Flat-barred road bikes offer many of the fast paced advantages of a conventional road bike, with the confidence-inspiring position and good visibility in traffic of a mountain bike. Over the last few years, we’ve seen them develop within their own niche, with their own geometries, a choice of drivetrains and even disc brakes. The Gryphon goes down the dedicated ‘urban warrior’ route, with mechanical disc brakes, rack and mudguard eyelets and a road-inspired drivetrain – all for under £360. We tested it in Bristol’s hectic streets to see how it measured up.
The Gryphon uses the same 7005 plain gauge aluminium tubing as the
Carrera Valour also reviewed on BikeRadar. However, it features a flat-bar specific geometry – which is great to see at this price – with an extra 30mm of length along the top-tube to compensate for the decreased reach of flat bars over dropbars. Plain gauge tubes aren’t as light as double butted ones but they’re perfectly acceptable at this price.
The rear frame triangle is disc specific (there are no mounts for V-brakes) and there are rack eyelets on the dropouts and seatstays. We fitted Topeak’s Super Tourist DX disc specific rack (CP196) without any problems, although the positioning of the eyelets makes loosening the skewer a little fiddly. As rack and mudguards share eyelets, you’ll need extra long bolts
to fit both at the same time.
In terms of tyre clearances, the Gryphon can take up to 28-30c tyres (we tried Continental’s top touring 700x28c). A little more room in the chainstays would have allowed more options for canal path-friendly rubber. Elsewhere, there are two water bottle mounts and a replaceable mech hanger. Welding is neat enough, and the grey-blue finish is good looking. It’s worth noting that with only three sizes available, you may need to play around with different length stems and seatposts to get the correct fit.
Again, to keep it at this price point, the forks are rather heavy chromoly rather than lighter aluminium or the carbon offerings that are seen on some £500 models. But they’re well specced, with mudguard eyelets at the dropouts.
Disc brakes make the Gryphon stand out at first glance. Although they are becoming increasingly popular on city-based flat-barred bikes, they’re still rare at this price. Designed for the recreational end of the market, Tektro IOs use cable pull callipers with standard 160mm rotors. For road use, stopping power matches decent rim brakes and is superior in wet weather. They’re also easy to maintain, being mechanical rather than hydraulic.
SRAM’s SX5 shifters and rear mech are a highlight in the drivetrain, also representing good value for money. Shifting is easy with two thumb pads and there’s a handy display to let you know what gear you’re in. Gearing is road worthy, with a 12-26t (tooth) spread at the back and 50/36t compact alloy chainset. However, novice riders might find this set-up overgeared – making it hard work on steep climbs or if hauling any panniers. A 48/34t compact or a triple would have been better. On the plus side, it does give a good top gear for zipping along city streets and it’s certainly more than adequate for flatter locations.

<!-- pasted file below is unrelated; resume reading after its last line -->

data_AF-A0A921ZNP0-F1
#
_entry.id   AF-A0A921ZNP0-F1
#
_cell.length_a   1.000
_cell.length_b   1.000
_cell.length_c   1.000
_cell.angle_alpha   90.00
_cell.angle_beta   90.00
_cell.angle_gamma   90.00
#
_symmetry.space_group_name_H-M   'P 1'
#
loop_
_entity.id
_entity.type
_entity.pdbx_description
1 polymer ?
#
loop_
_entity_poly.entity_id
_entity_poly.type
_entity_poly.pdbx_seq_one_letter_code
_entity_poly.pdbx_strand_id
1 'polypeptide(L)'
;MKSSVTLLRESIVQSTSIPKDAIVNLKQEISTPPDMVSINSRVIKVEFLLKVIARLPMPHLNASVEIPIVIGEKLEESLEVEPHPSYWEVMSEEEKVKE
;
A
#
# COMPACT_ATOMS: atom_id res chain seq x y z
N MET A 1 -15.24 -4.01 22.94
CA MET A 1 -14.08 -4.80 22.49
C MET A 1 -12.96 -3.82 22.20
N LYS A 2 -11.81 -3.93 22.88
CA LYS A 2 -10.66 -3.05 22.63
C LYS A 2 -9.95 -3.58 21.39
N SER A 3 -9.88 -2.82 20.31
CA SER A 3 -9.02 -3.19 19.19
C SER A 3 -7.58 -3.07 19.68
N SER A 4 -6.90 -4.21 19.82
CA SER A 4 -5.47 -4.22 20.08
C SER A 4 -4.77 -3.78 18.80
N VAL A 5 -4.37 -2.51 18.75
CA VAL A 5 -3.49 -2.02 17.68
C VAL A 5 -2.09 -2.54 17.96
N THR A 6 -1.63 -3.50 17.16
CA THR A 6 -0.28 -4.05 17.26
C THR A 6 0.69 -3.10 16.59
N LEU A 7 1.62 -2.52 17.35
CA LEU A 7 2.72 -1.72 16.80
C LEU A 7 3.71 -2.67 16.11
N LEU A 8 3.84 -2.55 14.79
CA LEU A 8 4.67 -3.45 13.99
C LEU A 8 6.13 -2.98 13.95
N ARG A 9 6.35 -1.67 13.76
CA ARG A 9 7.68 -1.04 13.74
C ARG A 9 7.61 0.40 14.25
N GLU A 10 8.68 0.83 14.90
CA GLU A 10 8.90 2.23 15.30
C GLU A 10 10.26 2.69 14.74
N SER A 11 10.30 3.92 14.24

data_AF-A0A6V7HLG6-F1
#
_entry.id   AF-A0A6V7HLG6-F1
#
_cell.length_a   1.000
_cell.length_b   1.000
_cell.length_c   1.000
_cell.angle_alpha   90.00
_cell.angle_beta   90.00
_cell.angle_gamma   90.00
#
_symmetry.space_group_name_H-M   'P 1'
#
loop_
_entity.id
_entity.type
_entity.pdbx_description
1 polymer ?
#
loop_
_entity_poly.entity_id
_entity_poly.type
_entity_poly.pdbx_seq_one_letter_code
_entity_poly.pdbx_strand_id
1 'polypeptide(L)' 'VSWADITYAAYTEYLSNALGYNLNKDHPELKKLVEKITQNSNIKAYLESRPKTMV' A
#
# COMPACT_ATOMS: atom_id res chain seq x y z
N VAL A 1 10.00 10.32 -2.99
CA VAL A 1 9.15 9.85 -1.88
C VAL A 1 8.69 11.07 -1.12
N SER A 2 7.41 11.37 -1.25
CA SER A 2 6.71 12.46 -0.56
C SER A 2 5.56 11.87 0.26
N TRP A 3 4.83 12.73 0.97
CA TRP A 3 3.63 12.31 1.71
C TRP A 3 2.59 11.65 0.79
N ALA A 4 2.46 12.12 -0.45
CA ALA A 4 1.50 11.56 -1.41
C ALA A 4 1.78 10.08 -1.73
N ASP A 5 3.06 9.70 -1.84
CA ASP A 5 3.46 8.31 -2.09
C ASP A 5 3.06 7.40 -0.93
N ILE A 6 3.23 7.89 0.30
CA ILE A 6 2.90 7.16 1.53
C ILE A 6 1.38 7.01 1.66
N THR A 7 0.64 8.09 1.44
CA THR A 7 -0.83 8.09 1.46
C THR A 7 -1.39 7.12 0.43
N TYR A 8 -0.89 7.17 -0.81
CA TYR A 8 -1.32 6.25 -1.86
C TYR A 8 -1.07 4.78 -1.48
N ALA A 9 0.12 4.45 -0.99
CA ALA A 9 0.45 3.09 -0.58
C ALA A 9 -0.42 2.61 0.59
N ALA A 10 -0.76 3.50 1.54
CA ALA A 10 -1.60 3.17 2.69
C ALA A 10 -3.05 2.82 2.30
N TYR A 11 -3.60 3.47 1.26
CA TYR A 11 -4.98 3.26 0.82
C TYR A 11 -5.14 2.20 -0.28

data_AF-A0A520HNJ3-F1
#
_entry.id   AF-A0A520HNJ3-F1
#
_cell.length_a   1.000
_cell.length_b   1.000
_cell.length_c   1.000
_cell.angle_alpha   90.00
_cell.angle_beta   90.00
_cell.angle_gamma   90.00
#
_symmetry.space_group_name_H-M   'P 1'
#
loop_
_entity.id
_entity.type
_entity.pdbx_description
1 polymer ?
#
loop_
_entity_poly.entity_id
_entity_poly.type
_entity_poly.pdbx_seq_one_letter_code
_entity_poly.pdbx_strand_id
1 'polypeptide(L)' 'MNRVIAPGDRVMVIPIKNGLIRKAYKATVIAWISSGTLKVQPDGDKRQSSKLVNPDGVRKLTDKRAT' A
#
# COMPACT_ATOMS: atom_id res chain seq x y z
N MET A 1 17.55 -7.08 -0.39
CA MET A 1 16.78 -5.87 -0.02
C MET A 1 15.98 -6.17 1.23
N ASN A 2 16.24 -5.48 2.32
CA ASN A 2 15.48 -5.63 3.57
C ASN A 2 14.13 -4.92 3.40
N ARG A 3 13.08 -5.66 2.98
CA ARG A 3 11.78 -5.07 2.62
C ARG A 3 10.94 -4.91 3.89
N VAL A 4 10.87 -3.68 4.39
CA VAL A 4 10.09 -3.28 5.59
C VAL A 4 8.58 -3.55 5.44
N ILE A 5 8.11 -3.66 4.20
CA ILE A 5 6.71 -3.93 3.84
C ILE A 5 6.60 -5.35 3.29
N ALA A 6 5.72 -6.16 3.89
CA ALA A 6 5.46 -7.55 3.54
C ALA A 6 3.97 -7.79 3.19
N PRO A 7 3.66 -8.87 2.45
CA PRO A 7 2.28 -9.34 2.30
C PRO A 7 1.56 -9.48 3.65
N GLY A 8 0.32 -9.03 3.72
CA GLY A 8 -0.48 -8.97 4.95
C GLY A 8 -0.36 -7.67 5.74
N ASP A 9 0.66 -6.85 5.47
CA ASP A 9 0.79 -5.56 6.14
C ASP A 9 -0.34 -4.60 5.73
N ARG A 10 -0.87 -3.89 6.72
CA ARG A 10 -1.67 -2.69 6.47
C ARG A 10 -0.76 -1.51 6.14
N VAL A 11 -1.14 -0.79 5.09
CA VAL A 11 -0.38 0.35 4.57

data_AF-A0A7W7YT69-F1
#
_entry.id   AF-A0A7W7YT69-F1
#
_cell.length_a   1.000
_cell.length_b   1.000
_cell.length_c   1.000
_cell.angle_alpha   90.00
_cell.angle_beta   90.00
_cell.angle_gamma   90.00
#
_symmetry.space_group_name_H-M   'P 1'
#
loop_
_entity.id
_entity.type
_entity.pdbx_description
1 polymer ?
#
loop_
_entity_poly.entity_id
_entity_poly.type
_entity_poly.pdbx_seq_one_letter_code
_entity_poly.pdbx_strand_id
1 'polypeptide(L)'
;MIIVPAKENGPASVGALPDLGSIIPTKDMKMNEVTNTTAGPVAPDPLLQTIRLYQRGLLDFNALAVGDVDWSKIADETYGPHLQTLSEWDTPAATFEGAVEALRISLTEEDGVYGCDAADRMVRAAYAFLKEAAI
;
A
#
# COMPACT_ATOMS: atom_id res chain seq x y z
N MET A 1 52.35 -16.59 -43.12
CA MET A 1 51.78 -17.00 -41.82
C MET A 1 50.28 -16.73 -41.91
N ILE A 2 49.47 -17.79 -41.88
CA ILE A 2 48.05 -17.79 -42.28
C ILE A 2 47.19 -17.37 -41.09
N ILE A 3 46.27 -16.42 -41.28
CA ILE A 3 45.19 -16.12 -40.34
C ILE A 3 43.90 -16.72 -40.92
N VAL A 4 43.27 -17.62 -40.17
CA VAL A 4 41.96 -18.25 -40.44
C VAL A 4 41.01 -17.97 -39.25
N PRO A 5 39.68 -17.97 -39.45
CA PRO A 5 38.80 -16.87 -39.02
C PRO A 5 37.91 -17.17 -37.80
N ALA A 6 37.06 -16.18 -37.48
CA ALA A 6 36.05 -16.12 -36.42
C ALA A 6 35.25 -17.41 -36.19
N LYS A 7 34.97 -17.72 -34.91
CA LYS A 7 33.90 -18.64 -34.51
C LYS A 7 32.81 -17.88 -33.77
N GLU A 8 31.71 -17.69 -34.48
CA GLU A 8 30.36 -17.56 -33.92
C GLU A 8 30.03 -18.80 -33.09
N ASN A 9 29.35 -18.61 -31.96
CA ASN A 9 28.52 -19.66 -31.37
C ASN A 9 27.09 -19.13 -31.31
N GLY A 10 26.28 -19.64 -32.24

The dead-flat handlebars, stem and seatpost are finished in an understated matching matt black. The 120mm stem and layback seatpost give a more stretched position than some models we’ve tried (like Specialized’s Sirrus Elite) and there are a few spacers to tweak the handlebar height. Halfords’ own grips and saddle proved surprisingly comfortable.
The Gryphon sports a good looking wheelset with black spokes, black rims and subtle graphics. The DBR-1 rims are double walled for added strength and are disc specific. They’re built up with 32 spokes front and rear on unbranded hubs, which are easy to service with their cup and cone bearings. Although the hubs are sealed to keep out grime, we did notice the bearings weren’t particularly smooth running, but the wheels were well tensioned and remained true.
Despite the Mtb appearance of a flat-barred set-up and disc brakes, on the road the Gryphon doesn’t roll at all like a mountain bike. Having light 700x25c rubber pumped to a high 100psi max pressure reduces rolling resistance, increasing speed dramatically over knobbly tyres. The downside is a loss of comfort over bumpy surfaces because of the smaller cushion of air. Most of the testing was carried out during dry weather and the Innova tyres were surprisingly grippy, with good puncture resistance too.
Flat-barred road bikes can be a blast, offering all the speed and liveliness of a road bike with the assured position of an Mtb. The ability to look up and around in traffic, and increased control from flat-barred brakes and shifters really boosts confidence. This is especially relevant for riders taking up cycling or coming from an off-road background.
Handling on the Gryphon was fast and accurate without being twitchy, with no toe overlap to speak of. It’s not the lightest of bikes, which becomes noticeable when climbing, given the road-style gear range, but open it up on the flat and it carries its speed really well. In fact, it’s more at home on tarmac because those thin, fast rolling tyres aren’t well suited to canal paths, and limited clearances don’t allow much scope for fitting wide tyres.
At £360, the well specced Gryphon packs a lot of punch for the money. With its disc brakes, road specific gearing and rack and mudguard clearance, it’s ideal for hard and fast city riding. The mechanical disc brakeset is a real bonus, giving the Gryphon the impression of a higher priced bike – it comfortably undercuts many of its direct competitors on price.
Roomier clearances and a smaller geared chainset would have added more versatility for weekend road rides on country lanes and canal paths, but if your budget is strict and you’re looking for a fast city bike for year round use, then the Carrera Gryphon is a good option.